This video has no sound
  • Short Summary

    Miserable looking Turkish POWs captured by Russian soldiers.

  • Description

    World War One; military. c. 1916?

    Location of events unclear - could be Greece?

    Turkish prisoners captured by Russian Army. Various C/Us of Turkish prisoners of war, walking past building. The POWs wear heavy fabric wrapped round their heads, turban-style. The look cold, miserable and ragged. M/S of Turkish prisoners walking past camera, they are guarded by Russian soldiers in fur hats.

    POWs, Turkish Army, Ottoman Empire.

    Modified WPA record.

  • Tags

  • Data

    Film ID:
    Media URN:
    Old negatives
    British Pathé
    Issue Date:
    1910 - 1919
    HD Format:
    Available on request
    Black & White
    Time in/Out:
    01:22:14:00 / 01:23:02:00
    ON 004 H

Comments (4)

  1. anadolutürk says

    One of the greatest disasters and disasters the Turkish nation suffered in history is the First World War (1914-1918). As a result of this war, the Ottoman Empire fell apart. Hundreds of thousands of soldiers and civilians were killed. Tens of thousands migrated from their homeland to lands far from their homes. Two hundred thousand soldiers were also captured. There are a few martyrs and prisoners from almost every family in Anatolia.
    Ottoman soldiers captured in this war struggled to survive under harsh conditions in the most remote corners of the world. About 70 thousand of these prisoners were deported to about twenty camps in the vast geography of Russia and Siberia. Many lost their lives in prison camps as a result of adverse weather conditions, diseases and starvation.

    Report comment
    Report comment
  2. anadolutürk says

    Let us express with regret that our historians have not done enough research on these Turkish prisoners until today. Our literati also did not produce serious works expressing the lives and memories of the prisoners.
    As is known, the Russians occupied a large part of Eastern Anatolia in the First World War in 1914. They took 70 thousand people, most of whom were soldiers and civilians, who they captured, by walking under difficult conditions, to Azerbaijan. Here they filled 10-15 thousand of them on the island of Nargin. The rest were put on trains and sent to Siberia, inside Russia.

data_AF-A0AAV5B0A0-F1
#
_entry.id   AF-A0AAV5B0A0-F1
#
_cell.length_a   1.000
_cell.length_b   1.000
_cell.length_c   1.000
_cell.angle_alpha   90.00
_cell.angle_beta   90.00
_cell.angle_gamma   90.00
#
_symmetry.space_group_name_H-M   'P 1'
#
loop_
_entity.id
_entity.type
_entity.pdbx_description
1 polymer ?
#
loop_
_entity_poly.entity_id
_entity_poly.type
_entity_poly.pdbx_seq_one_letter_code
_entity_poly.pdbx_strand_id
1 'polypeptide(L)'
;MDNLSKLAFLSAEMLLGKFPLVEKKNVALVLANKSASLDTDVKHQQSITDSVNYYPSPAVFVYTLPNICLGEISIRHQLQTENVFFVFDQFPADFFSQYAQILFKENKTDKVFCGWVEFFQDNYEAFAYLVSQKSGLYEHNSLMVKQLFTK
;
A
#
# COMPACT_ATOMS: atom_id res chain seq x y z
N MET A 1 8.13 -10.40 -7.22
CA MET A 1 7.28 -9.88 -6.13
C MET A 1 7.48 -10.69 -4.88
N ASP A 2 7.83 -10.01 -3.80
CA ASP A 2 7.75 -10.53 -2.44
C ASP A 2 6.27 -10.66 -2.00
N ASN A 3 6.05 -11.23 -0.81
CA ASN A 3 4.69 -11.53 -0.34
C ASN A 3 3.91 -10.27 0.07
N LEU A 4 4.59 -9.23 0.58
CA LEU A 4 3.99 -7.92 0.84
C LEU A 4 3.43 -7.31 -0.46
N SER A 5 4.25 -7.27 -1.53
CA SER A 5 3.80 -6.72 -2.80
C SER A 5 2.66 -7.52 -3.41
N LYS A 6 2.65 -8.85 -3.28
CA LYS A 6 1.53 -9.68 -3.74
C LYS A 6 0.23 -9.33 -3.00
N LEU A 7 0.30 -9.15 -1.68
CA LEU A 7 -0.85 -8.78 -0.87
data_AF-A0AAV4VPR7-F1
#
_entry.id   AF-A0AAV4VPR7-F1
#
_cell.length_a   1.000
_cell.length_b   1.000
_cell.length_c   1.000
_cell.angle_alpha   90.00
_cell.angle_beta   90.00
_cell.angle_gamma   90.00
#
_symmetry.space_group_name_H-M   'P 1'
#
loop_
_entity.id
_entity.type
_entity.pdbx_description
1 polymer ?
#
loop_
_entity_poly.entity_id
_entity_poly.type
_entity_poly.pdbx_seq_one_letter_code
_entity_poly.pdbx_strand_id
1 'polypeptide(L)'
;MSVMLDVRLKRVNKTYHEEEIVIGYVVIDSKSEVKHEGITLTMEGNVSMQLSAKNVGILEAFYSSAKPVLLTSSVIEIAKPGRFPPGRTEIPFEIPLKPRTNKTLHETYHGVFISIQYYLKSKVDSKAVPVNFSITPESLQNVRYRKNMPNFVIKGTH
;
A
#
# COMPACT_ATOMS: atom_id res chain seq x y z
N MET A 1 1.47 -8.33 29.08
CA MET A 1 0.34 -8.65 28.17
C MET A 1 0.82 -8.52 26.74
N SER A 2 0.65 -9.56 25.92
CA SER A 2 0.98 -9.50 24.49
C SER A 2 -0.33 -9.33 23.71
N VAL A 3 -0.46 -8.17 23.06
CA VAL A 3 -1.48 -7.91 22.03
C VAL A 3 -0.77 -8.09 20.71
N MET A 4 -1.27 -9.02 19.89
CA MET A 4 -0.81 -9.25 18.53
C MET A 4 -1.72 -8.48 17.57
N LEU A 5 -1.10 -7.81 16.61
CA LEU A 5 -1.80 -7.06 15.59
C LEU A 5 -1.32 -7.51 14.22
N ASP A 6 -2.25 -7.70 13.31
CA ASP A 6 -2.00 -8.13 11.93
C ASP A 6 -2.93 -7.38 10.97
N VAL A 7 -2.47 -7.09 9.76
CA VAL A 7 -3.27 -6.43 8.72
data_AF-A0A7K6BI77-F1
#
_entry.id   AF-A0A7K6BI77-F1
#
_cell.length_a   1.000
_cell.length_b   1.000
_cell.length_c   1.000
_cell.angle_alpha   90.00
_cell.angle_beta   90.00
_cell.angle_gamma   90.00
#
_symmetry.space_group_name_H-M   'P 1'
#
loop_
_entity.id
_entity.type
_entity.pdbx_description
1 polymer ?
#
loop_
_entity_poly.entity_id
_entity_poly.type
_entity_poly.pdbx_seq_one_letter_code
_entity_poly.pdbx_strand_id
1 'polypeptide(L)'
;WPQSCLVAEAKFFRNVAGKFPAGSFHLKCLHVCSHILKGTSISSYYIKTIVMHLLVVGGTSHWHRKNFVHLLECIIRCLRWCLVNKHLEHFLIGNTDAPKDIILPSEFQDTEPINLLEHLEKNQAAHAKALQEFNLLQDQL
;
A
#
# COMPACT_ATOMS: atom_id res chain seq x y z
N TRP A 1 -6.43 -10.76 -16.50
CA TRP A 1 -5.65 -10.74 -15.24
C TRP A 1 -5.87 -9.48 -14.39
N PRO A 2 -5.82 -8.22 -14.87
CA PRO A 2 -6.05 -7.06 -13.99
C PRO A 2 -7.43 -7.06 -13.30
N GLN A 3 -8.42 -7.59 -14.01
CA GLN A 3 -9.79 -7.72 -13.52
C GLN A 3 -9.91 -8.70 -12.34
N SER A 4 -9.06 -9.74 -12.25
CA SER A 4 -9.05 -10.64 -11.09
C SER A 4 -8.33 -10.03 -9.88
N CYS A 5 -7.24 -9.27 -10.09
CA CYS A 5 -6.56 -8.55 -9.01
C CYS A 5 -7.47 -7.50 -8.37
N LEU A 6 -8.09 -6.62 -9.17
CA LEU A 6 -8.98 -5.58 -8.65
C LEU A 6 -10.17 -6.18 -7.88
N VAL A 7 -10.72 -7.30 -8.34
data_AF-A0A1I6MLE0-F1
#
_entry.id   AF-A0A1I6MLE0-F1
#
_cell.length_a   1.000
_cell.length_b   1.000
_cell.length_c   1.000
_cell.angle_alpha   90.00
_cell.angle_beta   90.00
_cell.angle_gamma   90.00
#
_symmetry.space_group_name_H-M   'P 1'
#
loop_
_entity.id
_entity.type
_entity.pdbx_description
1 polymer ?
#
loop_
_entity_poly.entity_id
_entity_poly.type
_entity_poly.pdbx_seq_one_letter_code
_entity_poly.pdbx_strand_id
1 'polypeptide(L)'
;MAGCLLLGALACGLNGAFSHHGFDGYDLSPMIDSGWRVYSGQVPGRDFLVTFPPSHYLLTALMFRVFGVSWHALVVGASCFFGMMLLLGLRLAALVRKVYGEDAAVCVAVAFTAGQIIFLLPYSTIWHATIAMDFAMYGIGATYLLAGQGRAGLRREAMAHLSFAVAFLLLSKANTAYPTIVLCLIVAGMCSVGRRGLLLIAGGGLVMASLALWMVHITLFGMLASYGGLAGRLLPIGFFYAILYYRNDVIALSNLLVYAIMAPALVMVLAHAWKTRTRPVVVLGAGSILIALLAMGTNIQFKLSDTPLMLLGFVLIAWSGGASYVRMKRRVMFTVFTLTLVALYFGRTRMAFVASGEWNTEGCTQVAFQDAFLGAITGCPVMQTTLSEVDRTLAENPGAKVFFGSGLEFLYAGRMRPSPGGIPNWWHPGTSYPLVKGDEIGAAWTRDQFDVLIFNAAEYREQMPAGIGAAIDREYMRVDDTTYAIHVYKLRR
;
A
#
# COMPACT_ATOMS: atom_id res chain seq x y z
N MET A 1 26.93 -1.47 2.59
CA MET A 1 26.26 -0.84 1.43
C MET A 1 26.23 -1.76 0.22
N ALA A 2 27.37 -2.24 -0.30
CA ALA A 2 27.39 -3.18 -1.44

Report comment
    Report comment
  3. anadolutürk says

    First Camp Nargin Island

    Nargin island was the largest concentration camp in Russia's Caucasus geography. This was the last camp where the prisoners stayed before being deported into Russia, Siberia. The camp was a short-term waiting place for the forcibly removed prisoners, but there were also long-stay prisoners. The remaining were mostly junior soldiers and enlisted men. Officers were sent to the interior of Siberia with anxiety that they might escape.
    Nargin Island is an island in the Caspian Sea, about 3.5 km² opposite Baku. The island, which lacks water resources and vegetation, was used as a prison where Russia kept serious criminals before the war. There were a lot of snakes on the island, so it was also called "Snake Island". This place was named "Hell Island" by Turkish prisoners

    Report comment
    Report comment
  4. anadolutürk says

    The barracks for the prisoners were made of wood and were extremely vulnerable to external influences. Their windows were shattered in strong winds and all the cold air filled the wards. The captives, who wanted to break the effect of the cold, were pressing pieces of paper and cloth into the windows.

    Report comment
    Report comment

We always welcome comments and more information about our films.
All posts are reactively checked. Libellous and abusive comments are forbidden.

Add your comment